Dartmoor 2014

22-26/06/14 – First camping outing in the van.
An overnight trip with bivvy on North Dartmoor to High Willhays.

Tarp over van

I found a great car park in Belstone, plenty of space and no signs prohibiting overnight parking.   Left the van about 6 pm and squashed bivvy bag, sleeping bag and mat into my rucksack, along with a bit of food, water, a can of Hobgoblin and a hip flask, and headed out of the village on a bit of the Tarka Trail.  Followed tracks (farm, or MOD, or both) around East Okement Farm (which took me across ‘Irishman’s Wall’, could still see the remains of it) through New Bridge and up to Yes Tor.   Amaing views, the sun was lowish and sending rays through the clouds.   I could see as far as the north Devon coast.

View north from Yes Tor Trig point on Yes Tor Cairn on High Willhays

Went on to High Willhays, not as nice bivvy spots as at the Tor but I dislike back-tracking.  Later I spied some other people on the tor (how very dare they!) and I was quite happy alone.  The sun poked through the clouds a bit before it went down as a red disc.  I found a great sleeping spot which was sheltered under an over-hanging rock, but not needed this evening.  Settled down in a little less sheltered position in order to see the sun coming up.  It was almost cold; dry and still.  I had my thermarest inside the bivvy bag and it was a bit of a squeeze.  I woke a few times in the night, it was never particularly dark, I could see lots of stars in a blue/grey sky.  Woke a bit before 4 am to find a crescent moon and summoned the energy to take few pictures.  I finally got up with the sun respectably high in the sky, which felt like about 9 am but turned out to be about half six.


High Willhays; 621 m, Marilyn, Hewitt, County Top

Yes Tor; 619 m, Nuttall


Early morning on Yes Tor

Next morning I walked off-path to pick up a track near Dinger Tor, then followed it to Okement Hill and on to Hangingstone Hill; no gibbet, but a military hut at the top.  To the west is the source of the East Dart, the West Okement and Taw.  There is a letterbox marked on the map and I didn’t know what these were at the time, so I tried to find it to find out.  The area is marked as marsh, but it was very dry.  Even so, it became impossibly tussocky, with lots of soft mud.  Very glad of the walking poles.  In places there were 5 ft drops where the water had worn through the peat, definitely a place to watch your step.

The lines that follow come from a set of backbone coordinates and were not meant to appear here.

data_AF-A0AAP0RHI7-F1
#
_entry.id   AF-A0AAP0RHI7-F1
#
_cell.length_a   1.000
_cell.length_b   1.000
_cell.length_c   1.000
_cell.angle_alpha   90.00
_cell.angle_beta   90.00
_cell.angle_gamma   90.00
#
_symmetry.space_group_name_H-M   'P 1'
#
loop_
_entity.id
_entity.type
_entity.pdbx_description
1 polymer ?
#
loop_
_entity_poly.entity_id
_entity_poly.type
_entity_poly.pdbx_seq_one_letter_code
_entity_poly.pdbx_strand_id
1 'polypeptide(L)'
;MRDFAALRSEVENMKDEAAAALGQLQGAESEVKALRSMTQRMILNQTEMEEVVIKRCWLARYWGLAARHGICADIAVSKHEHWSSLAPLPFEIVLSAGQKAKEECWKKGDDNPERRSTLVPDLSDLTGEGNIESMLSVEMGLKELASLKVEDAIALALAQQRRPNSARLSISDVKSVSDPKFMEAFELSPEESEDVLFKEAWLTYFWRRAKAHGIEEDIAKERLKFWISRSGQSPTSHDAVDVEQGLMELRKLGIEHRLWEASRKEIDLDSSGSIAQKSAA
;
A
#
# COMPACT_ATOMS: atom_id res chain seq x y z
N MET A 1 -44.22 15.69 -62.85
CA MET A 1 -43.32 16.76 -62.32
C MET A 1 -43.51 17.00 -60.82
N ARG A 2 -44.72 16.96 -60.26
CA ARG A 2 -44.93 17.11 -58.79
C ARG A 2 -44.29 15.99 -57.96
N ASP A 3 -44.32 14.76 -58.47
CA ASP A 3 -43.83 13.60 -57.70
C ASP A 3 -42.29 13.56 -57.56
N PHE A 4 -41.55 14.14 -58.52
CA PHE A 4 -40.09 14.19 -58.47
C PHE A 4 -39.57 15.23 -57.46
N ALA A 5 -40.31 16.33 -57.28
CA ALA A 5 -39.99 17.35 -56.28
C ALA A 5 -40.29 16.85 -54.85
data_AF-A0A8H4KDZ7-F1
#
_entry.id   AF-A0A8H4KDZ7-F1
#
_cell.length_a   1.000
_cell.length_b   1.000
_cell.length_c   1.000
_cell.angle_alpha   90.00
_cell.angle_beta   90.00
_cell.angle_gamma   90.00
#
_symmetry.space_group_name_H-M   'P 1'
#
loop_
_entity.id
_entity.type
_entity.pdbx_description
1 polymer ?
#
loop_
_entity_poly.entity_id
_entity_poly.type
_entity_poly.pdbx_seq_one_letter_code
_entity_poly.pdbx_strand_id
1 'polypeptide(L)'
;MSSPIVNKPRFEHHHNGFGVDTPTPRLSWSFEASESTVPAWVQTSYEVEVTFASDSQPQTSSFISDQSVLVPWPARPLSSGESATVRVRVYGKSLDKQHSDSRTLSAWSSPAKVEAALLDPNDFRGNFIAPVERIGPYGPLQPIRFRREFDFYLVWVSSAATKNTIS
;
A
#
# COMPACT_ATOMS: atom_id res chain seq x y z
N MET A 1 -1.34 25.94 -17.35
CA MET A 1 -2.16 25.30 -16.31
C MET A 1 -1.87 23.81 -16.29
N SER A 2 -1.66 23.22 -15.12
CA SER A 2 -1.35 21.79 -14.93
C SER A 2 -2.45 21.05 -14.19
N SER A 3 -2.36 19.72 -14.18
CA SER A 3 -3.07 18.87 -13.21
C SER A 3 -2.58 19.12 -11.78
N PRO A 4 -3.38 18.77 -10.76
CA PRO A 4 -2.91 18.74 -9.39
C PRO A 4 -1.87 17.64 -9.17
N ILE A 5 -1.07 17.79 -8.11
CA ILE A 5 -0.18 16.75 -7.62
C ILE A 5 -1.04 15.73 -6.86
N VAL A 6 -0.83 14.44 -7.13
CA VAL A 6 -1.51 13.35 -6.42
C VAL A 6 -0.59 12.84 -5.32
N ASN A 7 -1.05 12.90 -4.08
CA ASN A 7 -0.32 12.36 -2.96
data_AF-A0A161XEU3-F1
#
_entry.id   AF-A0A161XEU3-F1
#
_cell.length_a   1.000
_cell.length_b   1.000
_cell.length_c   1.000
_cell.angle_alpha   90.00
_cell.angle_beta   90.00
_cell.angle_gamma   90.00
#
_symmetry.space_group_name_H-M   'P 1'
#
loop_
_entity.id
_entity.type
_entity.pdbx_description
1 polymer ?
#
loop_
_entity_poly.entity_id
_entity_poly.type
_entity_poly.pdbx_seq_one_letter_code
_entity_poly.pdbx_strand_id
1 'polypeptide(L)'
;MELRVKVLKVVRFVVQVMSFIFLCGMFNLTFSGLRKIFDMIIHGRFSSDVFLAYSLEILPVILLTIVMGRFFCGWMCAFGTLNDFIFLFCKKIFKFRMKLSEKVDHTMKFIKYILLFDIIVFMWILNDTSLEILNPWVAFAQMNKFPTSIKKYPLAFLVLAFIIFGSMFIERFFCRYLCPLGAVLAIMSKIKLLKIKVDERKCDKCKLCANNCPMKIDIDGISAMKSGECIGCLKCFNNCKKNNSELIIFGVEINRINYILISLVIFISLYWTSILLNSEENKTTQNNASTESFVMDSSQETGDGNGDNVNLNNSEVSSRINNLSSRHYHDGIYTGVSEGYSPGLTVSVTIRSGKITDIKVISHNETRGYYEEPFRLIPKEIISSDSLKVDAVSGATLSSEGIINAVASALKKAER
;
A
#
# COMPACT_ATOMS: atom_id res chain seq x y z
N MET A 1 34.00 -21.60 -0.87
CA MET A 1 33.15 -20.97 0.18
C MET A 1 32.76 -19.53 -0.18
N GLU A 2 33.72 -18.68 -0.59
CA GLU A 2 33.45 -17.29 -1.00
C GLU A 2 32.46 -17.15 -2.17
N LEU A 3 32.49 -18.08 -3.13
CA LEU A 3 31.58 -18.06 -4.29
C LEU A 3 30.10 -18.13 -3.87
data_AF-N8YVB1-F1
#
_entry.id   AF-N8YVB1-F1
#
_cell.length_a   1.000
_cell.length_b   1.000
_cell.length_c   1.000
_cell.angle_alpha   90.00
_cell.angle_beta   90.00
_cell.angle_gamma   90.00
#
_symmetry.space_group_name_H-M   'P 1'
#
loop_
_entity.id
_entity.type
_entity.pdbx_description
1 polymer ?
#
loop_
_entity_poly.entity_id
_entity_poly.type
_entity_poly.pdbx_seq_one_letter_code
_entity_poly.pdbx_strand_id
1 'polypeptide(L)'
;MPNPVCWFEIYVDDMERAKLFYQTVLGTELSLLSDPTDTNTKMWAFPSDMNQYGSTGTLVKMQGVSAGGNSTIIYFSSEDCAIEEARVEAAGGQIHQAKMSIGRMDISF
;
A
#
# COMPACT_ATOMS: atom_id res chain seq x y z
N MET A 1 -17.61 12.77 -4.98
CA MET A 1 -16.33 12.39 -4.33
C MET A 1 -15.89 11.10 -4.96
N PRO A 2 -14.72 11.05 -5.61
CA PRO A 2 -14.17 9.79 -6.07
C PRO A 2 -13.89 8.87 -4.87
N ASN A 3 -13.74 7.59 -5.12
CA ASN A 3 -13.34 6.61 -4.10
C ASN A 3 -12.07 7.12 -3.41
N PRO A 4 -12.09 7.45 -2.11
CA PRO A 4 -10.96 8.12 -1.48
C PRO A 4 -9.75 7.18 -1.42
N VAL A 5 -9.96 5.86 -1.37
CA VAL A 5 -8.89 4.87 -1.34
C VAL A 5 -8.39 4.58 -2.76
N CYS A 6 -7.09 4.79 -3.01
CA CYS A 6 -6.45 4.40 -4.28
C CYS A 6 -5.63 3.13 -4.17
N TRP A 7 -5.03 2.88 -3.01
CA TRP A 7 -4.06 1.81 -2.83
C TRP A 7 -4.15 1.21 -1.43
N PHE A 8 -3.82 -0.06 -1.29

I retreated back to the track and headed north.  Crossed the Taw next to the dead sheep your mother warned you about – I’d taken some water further up so was lucky on this occasion.  I followed the path to Oke Tor; a great spot, flat sheep-cropped grass at the top and some shelter from the stones.  I started to meet a few other people now.  Followed the Taw back to Belstone and the waiting van.

river Taw Oke Tor Oke Tor

Hangingstone Hill; 603 m, Dewey



van and tarp in princetown

Camped at the Plume of Feathers pub for a couple of nights.  There is a new visitors centre in an old hotel where Arthur Conan Doyle stayed when researching and writing The Hound of the Baskervilles.  They had a small exhibition including some letters that he had written at the time.  In this hot and sunny weather it was hard to imagine the mists that he talked of, but I know this isn’t typical.  Bought a copy with accompanying notes to read over the next few days, and as it turned out, to inspire some walking.

I visited the prison museum, a mind-boggling array of pieces and text in no particular order.  The personality of ‘the curator’ was closely felt.  They had an old bike that was claimed to have belonged to one Mr MacKie.

I set off for a walk at 4pm but it was still hot.  I saw one other person, a guy on a mountain bike going the other way.  There’s a bridleway straight out of the campsite to South Hessary Tor, which then takes a straight line to Nun’s Cross, and a nice if deserted-looking farmhouse.